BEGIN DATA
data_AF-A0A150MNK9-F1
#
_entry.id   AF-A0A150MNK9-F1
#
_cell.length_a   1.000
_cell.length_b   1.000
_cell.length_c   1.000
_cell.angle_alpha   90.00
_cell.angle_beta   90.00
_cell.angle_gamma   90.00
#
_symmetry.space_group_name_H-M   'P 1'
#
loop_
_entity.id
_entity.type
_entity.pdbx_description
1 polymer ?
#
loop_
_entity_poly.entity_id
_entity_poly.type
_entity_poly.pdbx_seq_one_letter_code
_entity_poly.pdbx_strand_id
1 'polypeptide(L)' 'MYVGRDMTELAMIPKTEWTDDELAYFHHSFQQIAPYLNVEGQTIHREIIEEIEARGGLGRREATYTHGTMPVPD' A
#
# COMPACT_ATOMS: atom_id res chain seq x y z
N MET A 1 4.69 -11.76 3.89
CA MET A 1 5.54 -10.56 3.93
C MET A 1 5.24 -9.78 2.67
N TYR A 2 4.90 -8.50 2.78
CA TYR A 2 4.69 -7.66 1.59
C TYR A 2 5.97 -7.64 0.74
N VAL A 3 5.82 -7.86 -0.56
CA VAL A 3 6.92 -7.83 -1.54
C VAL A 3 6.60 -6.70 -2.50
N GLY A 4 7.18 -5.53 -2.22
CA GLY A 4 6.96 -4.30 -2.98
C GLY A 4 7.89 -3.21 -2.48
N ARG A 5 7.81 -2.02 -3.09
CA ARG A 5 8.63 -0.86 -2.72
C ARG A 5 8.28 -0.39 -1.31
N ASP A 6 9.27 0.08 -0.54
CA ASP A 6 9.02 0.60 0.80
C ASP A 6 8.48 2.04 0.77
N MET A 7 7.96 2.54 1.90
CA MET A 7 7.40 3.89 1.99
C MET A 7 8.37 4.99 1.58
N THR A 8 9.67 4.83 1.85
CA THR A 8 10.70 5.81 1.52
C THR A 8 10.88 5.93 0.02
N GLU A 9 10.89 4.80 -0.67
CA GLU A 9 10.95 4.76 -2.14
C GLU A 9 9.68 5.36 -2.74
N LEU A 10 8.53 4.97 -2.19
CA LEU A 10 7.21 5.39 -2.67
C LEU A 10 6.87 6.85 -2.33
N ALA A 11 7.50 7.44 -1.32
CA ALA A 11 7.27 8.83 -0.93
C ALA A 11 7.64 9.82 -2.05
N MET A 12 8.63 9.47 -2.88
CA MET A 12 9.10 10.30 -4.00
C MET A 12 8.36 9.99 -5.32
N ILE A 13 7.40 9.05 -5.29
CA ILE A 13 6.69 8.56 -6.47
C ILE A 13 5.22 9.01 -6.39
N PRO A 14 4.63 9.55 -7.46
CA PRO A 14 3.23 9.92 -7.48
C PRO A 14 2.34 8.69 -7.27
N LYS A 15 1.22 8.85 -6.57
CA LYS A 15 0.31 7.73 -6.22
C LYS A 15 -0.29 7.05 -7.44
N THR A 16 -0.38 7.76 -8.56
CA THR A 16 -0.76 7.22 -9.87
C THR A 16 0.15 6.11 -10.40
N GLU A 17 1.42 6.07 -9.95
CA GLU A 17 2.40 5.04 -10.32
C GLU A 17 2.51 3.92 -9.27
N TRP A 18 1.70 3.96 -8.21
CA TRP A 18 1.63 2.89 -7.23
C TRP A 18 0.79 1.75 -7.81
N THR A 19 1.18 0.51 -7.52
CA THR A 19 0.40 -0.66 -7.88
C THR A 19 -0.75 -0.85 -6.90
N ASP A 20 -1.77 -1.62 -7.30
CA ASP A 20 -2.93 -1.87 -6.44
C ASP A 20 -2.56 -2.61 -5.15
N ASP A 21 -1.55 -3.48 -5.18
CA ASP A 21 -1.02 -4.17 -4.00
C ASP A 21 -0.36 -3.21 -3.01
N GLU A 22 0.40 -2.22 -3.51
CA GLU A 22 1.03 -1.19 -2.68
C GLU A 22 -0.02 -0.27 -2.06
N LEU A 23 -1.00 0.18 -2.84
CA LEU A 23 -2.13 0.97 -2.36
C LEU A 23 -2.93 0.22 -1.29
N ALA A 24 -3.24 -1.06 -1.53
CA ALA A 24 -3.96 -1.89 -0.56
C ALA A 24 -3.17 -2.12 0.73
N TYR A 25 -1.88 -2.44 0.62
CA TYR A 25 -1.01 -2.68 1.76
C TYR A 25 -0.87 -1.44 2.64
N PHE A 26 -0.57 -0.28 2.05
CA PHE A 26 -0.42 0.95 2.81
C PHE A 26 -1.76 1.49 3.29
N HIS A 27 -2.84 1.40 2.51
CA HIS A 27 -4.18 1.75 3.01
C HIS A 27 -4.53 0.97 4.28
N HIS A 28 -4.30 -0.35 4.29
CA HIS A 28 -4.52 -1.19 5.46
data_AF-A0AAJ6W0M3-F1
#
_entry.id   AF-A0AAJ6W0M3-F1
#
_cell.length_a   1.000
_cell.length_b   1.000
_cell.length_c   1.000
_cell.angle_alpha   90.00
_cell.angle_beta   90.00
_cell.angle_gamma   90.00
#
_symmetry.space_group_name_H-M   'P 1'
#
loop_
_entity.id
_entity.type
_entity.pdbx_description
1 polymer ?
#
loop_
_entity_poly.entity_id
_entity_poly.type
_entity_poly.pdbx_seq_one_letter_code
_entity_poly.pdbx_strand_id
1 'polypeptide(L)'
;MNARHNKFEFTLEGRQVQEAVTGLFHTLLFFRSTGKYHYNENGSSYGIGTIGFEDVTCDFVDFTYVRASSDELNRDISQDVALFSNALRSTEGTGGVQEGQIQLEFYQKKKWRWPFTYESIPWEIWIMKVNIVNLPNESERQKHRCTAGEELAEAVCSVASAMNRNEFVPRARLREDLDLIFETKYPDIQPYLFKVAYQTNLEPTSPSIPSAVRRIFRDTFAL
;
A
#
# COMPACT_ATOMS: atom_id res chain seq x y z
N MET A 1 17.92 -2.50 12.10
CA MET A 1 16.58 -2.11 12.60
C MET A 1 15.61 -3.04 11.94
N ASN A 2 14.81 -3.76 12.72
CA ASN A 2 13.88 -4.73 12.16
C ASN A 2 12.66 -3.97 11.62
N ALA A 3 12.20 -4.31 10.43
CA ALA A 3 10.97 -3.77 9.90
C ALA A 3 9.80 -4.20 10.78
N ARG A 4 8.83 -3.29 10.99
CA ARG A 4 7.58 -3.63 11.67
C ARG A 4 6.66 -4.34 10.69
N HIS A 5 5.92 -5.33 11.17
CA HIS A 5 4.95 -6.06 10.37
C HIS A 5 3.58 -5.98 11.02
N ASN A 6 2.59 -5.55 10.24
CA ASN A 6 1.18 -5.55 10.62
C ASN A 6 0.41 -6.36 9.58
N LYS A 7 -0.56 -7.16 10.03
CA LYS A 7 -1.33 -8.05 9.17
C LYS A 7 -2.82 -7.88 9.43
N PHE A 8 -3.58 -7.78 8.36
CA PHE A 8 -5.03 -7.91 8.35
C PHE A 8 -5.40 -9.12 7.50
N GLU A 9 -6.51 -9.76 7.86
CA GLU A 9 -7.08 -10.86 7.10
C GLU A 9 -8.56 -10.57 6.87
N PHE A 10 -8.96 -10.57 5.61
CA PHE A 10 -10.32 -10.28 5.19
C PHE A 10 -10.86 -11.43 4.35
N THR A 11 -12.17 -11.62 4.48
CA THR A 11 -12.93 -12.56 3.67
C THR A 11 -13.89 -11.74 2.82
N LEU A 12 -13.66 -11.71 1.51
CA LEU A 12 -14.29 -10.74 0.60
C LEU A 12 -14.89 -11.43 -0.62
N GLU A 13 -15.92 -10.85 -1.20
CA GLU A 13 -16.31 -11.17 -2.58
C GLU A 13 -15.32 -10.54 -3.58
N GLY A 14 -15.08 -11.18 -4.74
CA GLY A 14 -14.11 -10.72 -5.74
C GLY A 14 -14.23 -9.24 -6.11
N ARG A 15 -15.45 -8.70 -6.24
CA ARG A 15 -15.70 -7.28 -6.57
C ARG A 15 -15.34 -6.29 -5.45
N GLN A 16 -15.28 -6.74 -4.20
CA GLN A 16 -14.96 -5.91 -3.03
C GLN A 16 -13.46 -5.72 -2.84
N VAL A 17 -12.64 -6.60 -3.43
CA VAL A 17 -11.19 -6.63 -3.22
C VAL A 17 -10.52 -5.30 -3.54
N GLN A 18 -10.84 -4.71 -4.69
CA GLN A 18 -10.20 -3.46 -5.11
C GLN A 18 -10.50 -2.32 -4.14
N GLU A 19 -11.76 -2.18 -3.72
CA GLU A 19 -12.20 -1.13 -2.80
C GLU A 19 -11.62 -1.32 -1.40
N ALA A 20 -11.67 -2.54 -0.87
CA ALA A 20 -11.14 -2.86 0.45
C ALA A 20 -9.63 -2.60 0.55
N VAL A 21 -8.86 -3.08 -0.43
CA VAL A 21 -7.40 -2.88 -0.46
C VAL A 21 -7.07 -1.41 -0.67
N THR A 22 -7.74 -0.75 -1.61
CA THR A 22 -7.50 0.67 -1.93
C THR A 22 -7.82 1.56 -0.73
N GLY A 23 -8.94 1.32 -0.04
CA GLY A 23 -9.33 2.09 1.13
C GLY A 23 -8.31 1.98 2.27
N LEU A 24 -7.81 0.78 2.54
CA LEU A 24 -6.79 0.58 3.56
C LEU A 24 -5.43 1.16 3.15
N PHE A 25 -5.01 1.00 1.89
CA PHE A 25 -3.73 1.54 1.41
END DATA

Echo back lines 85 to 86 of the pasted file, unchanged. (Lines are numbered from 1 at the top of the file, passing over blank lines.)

N ASP A 20 -1.77 -1.62 -7.30
CA ASP A 20 -2.93 -1.87 -6.44